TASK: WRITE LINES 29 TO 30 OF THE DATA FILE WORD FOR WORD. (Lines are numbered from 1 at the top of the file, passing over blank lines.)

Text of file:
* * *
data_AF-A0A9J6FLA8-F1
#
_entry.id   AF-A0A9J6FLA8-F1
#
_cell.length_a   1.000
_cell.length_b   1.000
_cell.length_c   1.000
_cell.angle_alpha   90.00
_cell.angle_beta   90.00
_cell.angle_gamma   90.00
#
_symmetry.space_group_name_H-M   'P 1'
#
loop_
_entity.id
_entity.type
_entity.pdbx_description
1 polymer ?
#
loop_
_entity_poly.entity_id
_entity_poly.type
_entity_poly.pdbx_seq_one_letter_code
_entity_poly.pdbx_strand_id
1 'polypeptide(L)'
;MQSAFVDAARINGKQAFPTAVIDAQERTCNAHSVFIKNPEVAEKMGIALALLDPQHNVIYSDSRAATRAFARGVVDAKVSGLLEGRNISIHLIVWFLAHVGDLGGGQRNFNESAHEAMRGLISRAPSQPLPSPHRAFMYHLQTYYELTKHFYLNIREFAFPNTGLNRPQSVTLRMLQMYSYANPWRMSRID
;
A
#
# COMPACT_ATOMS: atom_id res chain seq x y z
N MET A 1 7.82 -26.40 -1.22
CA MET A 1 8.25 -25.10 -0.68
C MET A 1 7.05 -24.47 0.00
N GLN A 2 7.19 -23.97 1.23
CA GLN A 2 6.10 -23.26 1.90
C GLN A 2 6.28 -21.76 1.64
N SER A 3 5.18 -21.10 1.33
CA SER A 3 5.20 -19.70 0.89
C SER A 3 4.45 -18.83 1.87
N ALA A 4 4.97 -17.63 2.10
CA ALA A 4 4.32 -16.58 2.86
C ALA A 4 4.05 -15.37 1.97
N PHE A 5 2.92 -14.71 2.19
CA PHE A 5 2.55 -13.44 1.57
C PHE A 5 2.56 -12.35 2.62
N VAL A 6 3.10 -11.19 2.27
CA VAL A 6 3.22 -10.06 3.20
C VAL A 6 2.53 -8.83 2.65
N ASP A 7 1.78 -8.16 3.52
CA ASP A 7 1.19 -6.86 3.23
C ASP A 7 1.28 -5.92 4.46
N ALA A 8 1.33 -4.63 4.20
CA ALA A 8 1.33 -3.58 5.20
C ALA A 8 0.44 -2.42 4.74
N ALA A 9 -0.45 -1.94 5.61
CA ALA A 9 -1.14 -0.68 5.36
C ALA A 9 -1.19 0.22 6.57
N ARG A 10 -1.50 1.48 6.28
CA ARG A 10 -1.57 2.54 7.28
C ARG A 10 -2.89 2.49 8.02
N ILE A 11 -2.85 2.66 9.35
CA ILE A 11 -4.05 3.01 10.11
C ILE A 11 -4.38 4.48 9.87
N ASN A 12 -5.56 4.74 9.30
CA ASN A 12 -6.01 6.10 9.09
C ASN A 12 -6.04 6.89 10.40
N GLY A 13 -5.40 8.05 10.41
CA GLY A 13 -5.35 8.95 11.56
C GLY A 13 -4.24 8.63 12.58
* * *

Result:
#
# COMPACT_ATOMS: atom_id res chain seq x y z